The Diagnostic and Statistical Manual of Mental Disorders (DSM-5) places internet Gaming disorder (IGD) in its research appendix as a potential new behavioral addiction diagnosis that requires further investigation. As part of the media campaign #HealthyAtHome, recommendation to relieve stress and anxiety during COVID-19, the World Health Organization (WHO) advocated for the playing of video games. The encouragement and expansion of playing video games may have led to the unintentional consequence of increasing the prevalence of IGD as IGD has been postulated to be a maladaptive response to stress.
A 34 year old male presented to his primary care physician with decline in work function, increased depression, and anxiety. Before the COVID-19 pandemic he estimated that he spent 2 hours a day playing games and socialized with friends weekly; however at the time of presentation, his social interactions were through online gaming only and he was playing games 14 hours per day. The patient began paroxetine and bupropion, with good result, though declined concomitant psychotherapy.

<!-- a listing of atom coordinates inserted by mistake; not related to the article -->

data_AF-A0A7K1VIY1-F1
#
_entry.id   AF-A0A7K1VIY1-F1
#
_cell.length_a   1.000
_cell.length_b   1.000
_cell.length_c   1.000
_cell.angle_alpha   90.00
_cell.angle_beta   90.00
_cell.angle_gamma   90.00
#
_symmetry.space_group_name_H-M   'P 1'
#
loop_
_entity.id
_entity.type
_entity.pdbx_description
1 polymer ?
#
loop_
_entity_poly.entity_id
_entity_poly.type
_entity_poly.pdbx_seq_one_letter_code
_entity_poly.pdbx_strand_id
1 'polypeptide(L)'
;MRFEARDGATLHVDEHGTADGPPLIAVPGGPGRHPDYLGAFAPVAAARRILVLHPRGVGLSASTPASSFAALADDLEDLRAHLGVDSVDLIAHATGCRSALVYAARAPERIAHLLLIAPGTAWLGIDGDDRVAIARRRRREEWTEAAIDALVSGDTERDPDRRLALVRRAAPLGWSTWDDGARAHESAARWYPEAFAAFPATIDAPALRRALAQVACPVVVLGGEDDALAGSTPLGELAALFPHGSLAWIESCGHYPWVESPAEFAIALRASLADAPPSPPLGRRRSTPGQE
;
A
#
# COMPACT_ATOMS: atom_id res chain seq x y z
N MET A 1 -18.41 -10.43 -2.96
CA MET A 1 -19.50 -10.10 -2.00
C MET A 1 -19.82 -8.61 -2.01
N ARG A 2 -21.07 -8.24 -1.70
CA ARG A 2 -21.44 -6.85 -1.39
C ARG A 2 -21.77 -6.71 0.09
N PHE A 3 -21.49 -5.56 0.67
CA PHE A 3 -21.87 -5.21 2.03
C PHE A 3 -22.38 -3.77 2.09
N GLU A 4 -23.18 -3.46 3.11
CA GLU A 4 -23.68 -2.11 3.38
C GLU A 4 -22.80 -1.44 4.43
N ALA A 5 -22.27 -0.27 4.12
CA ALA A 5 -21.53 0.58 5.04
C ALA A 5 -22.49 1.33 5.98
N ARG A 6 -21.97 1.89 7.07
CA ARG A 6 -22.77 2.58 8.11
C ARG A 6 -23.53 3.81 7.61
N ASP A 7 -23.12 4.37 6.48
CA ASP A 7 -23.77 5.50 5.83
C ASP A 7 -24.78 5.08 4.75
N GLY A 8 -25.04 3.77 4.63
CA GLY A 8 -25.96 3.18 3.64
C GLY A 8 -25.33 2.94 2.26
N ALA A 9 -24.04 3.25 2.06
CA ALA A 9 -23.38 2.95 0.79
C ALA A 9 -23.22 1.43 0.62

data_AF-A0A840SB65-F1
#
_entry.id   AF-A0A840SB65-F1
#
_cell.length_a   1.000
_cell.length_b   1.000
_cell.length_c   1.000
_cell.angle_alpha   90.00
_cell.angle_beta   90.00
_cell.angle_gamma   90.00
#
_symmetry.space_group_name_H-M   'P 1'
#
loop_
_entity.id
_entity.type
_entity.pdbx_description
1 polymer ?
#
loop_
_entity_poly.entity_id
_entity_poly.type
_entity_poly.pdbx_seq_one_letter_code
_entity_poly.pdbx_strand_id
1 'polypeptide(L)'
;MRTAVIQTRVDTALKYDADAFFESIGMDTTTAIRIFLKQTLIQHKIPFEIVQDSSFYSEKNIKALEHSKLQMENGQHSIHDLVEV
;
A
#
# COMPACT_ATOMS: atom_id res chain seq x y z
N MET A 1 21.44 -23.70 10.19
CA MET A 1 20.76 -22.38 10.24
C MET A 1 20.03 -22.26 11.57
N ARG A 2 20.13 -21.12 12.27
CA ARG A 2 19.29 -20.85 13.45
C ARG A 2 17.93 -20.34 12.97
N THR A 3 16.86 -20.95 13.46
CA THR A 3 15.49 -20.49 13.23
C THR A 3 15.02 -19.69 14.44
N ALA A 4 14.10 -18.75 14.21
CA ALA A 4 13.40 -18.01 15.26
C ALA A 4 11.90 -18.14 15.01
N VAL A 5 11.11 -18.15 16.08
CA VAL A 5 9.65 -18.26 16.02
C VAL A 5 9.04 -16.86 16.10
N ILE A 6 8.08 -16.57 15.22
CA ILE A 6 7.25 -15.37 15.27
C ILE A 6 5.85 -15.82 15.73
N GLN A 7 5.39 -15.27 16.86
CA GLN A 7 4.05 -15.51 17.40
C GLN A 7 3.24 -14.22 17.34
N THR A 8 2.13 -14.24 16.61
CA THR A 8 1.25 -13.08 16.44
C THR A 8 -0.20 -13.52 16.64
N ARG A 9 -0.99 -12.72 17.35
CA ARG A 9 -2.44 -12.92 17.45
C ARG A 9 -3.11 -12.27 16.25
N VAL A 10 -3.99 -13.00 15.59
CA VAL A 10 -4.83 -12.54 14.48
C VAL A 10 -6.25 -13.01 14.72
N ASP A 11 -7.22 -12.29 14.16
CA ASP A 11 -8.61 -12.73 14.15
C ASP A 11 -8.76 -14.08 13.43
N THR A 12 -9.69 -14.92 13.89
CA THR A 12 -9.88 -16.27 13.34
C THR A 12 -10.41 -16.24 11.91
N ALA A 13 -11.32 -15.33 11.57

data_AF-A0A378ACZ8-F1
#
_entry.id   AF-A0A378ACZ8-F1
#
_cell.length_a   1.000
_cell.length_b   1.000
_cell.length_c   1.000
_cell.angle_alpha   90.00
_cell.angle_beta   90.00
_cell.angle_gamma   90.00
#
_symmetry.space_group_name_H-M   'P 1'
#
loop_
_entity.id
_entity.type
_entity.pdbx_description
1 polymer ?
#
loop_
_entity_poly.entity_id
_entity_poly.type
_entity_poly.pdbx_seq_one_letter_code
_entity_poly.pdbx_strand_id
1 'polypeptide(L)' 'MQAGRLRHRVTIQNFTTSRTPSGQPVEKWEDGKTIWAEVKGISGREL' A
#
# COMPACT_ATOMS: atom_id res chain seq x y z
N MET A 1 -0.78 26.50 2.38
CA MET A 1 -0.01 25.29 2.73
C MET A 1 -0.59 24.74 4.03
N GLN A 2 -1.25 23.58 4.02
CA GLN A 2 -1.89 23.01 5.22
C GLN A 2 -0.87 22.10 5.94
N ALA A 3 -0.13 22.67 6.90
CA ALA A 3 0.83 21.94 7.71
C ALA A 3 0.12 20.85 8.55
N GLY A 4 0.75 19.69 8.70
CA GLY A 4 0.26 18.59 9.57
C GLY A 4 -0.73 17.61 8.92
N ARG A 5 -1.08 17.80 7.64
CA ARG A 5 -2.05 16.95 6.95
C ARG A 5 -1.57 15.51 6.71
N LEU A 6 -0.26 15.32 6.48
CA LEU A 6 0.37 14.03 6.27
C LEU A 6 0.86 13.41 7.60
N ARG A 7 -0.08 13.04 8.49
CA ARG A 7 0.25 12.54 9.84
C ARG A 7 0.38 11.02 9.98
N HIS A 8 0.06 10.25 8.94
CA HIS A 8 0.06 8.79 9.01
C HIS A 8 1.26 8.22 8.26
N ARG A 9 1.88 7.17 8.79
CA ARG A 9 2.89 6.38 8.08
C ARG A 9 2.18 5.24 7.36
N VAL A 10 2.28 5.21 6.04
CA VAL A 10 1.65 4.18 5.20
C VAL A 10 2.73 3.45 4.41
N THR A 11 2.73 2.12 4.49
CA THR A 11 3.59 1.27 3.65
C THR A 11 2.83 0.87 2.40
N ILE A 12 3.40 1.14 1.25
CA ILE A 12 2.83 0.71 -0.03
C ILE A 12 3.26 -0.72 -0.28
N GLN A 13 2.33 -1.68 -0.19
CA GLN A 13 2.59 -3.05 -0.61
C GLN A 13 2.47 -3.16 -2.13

Internet Gaming Disorder is a potential new behavioral addiction that is likely to increase in prevalence over the continuing course of the COVID-19 pandemic. While initial studies show promising effects of medication and psychosocial interventions, further study on standardized diagnostic criteria and effectiveness of treatment modalities is needed.
O'Loughlin, Jessica; Pelletier, Emily; Loomis, Elizabeth; and Alweis, Richard
"A Case of Internet Gaming Disorder: When #PlayApartTogether Takes a Dark Turn,"
Journal of Community Hospital Internal Medicine Perspectives: Vol. 12:
1, Article 6.
Available at: https://scholarlycommons.gbmc.org/jchimp/vol12/iss1/6